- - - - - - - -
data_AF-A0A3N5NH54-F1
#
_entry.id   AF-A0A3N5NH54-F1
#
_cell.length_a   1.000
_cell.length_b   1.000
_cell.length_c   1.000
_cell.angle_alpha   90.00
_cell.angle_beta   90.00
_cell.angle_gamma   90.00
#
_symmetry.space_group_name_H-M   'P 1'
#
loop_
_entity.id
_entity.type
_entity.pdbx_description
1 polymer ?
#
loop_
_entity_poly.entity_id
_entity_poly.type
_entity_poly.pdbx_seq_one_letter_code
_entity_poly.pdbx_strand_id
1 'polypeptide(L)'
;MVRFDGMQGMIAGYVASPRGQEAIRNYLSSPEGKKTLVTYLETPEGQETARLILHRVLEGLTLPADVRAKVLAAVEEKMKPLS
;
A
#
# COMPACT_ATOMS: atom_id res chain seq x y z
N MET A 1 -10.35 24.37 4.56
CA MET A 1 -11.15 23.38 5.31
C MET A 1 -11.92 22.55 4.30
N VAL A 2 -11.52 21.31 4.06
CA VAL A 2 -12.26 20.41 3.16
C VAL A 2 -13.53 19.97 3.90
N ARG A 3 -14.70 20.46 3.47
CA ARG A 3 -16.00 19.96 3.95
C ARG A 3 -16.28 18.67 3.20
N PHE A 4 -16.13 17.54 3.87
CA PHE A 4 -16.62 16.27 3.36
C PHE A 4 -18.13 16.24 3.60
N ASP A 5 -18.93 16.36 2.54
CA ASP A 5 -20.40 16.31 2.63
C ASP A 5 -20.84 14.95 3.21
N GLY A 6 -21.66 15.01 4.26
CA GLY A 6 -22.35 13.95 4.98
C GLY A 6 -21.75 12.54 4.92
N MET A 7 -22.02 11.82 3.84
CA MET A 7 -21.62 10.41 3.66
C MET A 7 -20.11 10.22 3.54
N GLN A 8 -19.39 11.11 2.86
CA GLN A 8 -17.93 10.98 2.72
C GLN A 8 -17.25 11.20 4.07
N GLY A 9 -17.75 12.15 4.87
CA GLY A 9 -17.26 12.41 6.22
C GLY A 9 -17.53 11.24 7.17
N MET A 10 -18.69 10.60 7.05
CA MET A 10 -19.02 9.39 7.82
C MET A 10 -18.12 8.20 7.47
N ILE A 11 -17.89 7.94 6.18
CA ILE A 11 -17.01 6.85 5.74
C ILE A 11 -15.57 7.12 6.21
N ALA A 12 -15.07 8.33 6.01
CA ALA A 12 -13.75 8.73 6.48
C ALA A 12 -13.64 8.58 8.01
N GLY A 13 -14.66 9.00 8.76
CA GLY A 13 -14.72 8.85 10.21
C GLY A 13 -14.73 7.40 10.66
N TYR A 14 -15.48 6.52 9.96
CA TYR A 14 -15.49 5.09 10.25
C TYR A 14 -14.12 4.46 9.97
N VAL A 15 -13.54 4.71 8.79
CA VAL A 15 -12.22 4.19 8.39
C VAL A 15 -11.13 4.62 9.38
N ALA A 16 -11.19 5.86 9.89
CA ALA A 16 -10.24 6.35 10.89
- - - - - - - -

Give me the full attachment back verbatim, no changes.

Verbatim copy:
data_AF-A0A3N5NH54-F1
#
_entry.id   AF-A0A3N5NH54-F1
#
_cell.length_a   1.000
_cell.length_b   1.000
_cell.length_c   1.000
_cell.angle_alpha   90.00
_cell.angle_beta   90.00
_cell.angle_gamma   90.00
#
_symmetry.space_group_name_H-M   'P 1'
#
loop_
_entity.id
_entity.type
_entity.pdbx_description
1 polymer ?
#
loop_
_entity_poly.entity_id
_entity_poly.type
_entity_poly.pdbx_seq_one_letter_code
_entity_poly.pdbx_strand_id
1 'polypeptide(L)'
;MVRFDGMQGMIAGYVASPRGQEAIRNYLSSPEGKKTLVTYLETPEGQETARLILHRVLEGLTLPADVRAKVLAAVEEKMKPLS
;
A
#
# COMPACT_ATOMS: atom_id res chain seq x y z
N MET A 1 -10.35 24.37 4.56
CA MET A 1 -11.15 23.38 5.31
C MET A 1 -11.92 22.55 4.30
N VAL A 2 -11.52 21.31 4.06
CA VAL A 2 -12.26 20.41 3.16
C VAL A 2 -13.53 19.97 3.90
N ARG A 3 -14.70 20.46 3.47
CA ARG A 3 -16.00 19.96 3.95
C ARG A 3 -16.28 18.67 3.20
N PHE A 4 -16.13 17.54 3.87
CA PHE A 4 -16.62 16.27 3.36
C PHE A 4 -18.13 16.24 3.60
N ASP A 5 -18.93 16.36 2.54
CA ASP A 5 -20.40 16.31 2.63
C ASP A 5 -20.84 14.95 3.21
N GLY A 6 -21.66 15.01 4.26
CA GLY A 6 -22.35 13.95 4.98
C GLY A 6 -21.75 12.54 4.92
N MET A 7 -22.02 11.82 3.84
CA MET A 7 -21.62 10.41 3.66
C MET A 7 -20.11 10.22 3.54
N GLN A 8 -19.39 11.11 2.86
CA GLN A 8 -17.93 10.98 2.72
C GLN A 8 -17.25 11.20 4.07
N GLY A 9 -17.75 12.15 4.87
CA GLY A 9 -17.26 12.41 6.22
C GLY A 9 -17.53 11.24 7.17
N MET A 10 -18.69 10.60 7.05
CA MET A 10 -19.02 9.39 7.82
C MET A 10 -18.12 8.20 7.47
N ILE A 11 -17.89 7.94 6.18
CA ILE A 11 -17.01 6.85 5.74
C ILE A 11 -15.57 7.12 6.21
N ALA A 12 -15.07 8.33 6.01
CA ALA A 12 -13.75 8.73 6.48
C ALA A 12 -13.64 8.58 8.01
N GLY A 13 -14.66 9.00 8.76
CA GLY A 13 -14.72 8.85 10.21
C GLY A 13 -14.73 7.40 10.66
N TYR A 14 -15.48 6.52 9.96
CA TYR A 14 -15.49 5.09 10.25
C TYR A 14 -14.12 4.46 9.97
N VAL A 15 -13.54 4.71 8.79
CA VAL A 15 -12.22 4.19 8.39
C VAL A 15 -11.13 4.62 9.38
N ALA A 16 -11.19 5.86 9.89
CA ALA A 16 -10.24 6.35 10.89